This idea has been endorsed by Tucker Carlson, citing his belief that it will imbalance the voting populations against Republicans.

“America First” is an old term in our politics, with roots in 1915 rhetoric from Woodrow Wilson. Charles Lindebergh advocated for American neutrality in World War II, doing so because the Third Reich had pandered to him and given him medals. He defended his position by saying that our involvement would “reduce the strength and destroy the treasures of the White race.” During his advocacy, he used the term “America First.”

Lindebergh held America First rallies, spewing racist views founded in American and Western exceptionalism. The KKK and many extremist groups of early 20th century America used this term as well. Former President Donald Trump revived this slogan throughout his campaign for and time as President.

Additionally, QAnon and their ideas have been endorsed by some politicians and media personalities, including Tucker Carlson, Donald Trump, Marjorie Taylor Greene, Lauren Boebert and more.

QAnon originated from 4chan and PizzaGate. They believe that Trump and a select group of military advisors were/are waging a war against a secret group of devil-worshiping pedophiles who control politicians, entertainment and the media.

They are waiting for an “Awakening” among Americans that they are correct, which would lead to a new age for the country. Terms like “deep-state” are dog whistles for QAnon-type ideologies.

The media as a whole has beat the dead horse that is Donald Trump to a pulp, but when talking about the current state of American fascism he has to be mentioned. Fascism requires a leader that capitalizes on a country’s extreme patriotism and perceived exceptionalism, intertwining those ideals with the leader until they are seen as one, and of the utmost importance.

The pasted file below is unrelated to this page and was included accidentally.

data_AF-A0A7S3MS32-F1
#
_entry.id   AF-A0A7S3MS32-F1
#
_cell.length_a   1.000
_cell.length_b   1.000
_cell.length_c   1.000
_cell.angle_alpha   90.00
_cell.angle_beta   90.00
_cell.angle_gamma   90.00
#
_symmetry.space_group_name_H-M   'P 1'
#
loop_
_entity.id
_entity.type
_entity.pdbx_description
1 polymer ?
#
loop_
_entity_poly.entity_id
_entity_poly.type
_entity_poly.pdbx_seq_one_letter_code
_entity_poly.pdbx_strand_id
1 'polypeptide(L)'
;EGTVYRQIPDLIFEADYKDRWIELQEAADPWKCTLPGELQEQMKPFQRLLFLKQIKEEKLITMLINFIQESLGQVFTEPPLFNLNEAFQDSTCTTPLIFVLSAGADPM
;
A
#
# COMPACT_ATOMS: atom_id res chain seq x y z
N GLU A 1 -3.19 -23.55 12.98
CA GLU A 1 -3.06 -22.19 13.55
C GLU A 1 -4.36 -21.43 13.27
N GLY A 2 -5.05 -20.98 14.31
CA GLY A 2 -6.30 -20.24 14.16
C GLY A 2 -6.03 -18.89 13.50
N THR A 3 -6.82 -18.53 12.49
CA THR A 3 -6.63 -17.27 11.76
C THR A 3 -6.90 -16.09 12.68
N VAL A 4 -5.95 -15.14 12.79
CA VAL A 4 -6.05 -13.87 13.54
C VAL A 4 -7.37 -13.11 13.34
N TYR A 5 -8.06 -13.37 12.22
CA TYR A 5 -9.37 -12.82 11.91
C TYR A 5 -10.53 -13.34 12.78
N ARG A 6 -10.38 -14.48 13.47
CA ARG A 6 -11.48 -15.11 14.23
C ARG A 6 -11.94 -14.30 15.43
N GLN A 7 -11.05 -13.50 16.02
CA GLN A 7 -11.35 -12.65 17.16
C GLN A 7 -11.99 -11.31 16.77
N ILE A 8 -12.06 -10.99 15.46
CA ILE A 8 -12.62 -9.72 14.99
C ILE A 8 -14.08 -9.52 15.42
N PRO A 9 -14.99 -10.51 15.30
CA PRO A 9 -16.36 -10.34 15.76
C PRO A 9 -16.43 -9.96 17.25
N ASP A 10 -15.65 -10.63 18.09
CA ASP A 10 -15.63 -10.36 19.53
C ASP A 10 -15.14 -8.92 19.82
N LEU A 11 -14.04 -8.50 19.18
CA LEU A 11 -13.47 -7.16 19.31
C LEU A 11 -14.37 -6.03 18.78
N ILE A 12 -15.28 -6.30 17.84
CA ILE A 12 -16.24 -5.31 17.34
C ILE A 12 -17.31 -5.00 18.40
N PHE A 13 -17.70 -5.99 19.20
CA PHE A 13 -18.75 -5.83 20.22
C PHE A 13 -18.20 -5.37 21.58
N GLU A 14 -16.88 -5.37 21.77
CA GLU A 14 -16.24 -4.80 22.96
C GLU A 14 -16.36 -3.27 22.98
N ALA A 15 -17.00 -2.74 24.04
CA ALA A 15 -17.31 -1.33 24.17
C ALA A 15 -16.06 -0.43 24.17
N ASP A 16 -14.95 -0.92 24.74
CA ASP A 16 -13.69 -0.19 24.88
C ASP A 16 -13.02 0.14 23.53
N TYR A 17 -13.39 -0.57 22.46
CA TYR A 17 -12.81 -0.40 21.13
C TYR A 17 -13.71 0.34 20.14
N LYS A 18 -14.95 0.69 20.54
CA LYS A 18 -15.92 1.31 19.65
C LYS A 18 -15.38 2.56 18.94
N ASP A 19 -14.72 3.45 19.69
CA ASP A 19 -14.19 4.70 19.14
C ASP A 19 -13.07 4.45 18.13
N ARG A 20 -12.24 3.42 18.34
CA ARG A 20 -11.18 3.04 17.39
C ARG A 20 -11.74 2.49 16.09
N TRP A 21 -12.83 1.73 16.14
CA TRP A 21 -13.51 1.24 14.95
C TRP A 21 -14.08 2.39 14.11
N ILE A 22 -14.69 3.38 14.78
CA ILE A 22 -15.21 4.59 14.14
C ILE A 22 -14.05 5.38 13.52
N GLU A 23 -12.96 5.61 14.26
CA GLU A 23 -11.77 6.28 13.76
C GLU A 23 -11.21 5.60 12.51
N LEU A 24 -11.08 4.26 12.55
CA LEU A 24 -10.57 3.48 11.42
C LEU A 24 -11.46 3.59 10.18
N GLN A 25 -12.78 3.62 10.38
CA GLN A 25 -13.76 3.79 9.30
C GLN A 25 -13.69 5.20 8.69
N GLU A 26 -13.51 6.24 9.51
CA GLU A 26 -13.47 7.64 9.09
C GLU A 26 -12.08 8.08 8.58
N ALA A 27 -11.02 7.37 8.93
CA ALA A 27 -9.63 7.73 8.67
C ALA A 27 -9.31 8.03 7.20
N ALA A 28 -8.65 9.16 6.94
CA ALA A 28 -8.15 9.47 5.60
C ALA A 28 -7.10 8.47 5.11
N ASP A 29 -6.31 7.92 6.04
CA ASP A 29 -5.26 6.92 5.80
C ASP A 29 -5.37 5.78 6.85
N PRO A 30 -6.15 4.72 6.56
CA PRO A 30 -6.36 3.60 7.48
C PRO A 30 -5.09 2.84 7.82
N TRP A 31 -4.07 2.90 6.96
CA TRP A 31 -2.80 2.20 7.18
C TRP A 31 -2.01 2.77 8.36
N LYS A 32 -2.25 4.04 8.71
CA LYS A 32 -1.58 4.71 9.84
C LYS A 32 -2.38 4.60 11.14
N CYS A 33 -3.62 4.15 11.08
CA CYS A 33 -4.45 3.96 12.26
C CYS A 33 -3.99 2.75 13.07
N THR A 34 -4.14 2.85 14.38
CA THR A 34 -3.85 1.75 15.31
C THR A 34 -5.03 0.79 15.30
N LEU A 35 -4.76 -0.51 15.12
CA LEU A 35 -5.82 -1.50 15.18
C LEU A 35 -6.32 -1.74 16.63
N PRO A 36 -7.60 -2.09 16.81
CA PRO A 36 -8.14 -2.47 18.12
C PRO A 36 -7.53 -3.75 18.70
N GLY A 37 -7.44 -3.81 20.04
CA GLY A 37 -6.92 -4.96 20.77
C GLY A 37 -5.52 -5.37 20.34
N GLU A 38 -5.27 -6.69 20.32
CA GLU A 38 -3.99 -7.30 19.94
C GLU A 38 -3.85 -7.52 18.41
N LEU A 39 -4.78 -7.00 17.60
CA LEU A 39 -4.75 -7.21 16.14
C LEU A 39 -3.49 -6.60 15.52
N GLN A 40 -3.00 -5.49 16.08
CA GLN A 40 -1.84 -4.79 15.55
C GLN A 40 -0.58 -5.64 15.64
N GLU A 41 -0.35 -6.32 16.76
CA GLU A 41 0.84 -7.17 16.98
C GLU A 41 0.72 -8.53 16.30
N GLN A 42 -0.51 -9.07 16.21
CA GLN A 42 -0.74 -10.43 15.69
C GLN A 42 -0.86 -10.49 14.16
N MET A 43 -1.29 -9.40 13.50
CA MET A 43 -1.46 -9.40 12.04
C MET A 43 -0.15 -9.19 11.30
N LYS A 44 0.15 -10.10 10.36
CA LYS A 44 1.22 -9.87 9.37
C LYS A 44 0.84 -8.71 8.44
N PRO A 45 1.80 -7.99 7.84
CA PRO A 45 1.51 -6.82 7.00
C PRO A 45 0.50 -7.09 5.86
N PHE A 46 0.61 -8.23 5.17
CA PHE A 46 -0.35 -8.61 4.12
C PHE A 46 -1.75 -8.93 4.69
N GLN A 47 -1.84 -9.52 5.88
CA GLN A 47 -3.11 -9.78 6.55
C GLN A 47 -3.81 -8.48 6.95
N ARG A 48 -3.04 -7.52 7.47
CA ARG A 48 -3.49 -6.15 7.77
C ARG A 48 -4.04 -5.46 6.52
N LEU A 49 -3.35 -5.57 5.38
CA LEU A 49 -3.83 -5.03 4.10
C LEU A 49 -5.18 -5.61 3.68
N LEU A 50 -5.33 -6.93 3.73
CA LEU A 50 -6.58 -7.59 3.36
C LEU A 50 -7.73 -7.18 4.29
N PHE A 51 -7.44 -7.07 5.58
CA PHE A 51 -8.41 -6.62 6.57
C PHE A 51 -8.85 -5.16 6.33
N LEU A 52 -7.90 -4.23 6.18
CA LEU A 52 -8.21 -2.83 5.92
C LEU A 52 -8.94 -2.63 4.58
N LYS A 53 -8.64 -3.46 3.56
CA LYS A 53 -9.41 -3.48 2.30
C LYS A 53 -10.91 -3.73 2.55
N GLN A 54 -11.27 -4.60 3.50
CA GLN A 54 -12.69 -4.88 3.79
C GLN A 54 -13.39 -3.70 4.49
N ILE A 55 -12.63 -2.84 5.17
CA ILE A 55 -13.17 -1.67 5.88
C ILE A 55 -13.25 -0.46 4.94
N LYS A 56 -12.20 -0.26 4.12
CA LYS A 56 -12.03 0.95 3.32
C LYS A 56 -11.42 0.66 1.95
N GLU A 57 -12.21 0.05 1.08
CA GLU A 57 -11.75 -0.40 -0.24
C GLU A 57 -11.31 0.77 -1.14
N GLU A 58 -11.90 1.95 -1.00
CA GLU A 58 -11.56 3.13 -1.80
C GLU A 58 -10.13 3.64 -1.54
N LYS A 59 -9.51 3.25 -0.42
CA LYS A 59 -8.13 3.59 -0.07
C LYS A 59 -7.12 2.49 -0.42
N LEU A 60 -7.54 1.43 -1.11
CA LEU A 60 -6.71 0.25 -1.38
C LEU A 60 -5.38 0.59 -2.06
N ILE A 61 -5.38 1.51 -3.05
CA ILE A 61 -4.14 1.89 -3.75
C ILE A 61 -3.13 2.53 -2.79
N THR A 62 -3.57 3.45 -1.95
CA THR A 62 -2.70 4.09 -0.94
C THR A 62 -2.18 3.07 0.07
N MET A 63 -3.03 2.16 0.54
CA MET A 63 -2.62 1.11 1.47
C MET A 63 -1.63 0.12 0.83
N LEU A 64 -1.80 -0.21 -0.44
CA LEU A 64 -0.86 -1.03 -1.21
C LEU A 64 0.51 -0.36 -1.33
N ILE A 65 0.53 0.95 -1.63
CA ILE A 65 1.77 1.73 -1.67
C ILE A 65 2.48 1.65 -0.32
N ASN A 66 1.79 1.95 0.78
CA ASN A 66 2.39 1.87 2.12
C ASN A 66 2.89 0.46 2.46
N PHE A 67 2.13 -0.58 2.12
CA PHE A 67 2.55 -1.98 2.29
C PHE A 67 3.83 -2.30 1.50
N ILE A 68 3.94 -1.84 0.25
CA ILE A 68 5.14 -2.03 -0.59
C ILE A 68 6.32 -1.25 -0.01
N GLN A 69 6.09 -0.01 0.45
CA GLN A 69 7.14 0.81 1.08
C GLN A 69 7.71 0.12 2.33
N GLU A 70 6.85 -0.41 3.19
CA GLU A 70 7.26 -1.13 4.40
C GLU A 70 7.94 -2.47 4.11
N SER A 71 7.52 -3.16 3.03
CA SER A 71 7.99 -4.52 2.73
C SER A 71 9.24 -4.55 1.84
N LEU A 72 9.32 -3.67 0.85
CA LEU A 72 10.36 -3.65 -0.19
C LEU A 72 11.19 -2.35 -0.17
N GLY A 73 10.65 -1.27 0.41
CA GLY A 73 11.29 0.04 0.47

Trump, to some, and in his own words, is the only one who can save America. There are videos of citizens praying to him unironically, along with a whole host of questionable and occasionally concerning beliefs around him. 

The influence Trump has over his constituents, his unquestioned authority, his ability to say anything is fake news, his demonization of minorities and targeting of immigrants, his co-opting of Christianity despite being very un-Christ like and his questioning, lies and antagonization surrounding the 2020 election show that some on the American right are not averse to more authoritarian leaders.

Trump showed that we already have the base needed for further right politicians to get elected. That segment of our population just needs a leader who says the right things to them, and they’ll  flock instantaneously.

I do not think that we will become the next Nazi Germany. I do not think Trump is the next Hitler, but there is still a worrisome and increasing far right presence that portions of our media, and politicians on both sides of the aisle, not only endorse, but enable. 

The course that some in America are going down is worrisome, but we have to realize that it is our own system that creates the environment for this manner of beliefs to fester. Rather than attributing harmful beliefs to the evil we perceive in others, we should take a look at our vast government and bureaucracy that wholesale emphasizes profits not people.

It is not hard to believe that some have been so alienated and ignored in our dystopian reality that they are able to be driven so far or manipulated by cunning politicians in sheep’s clothing.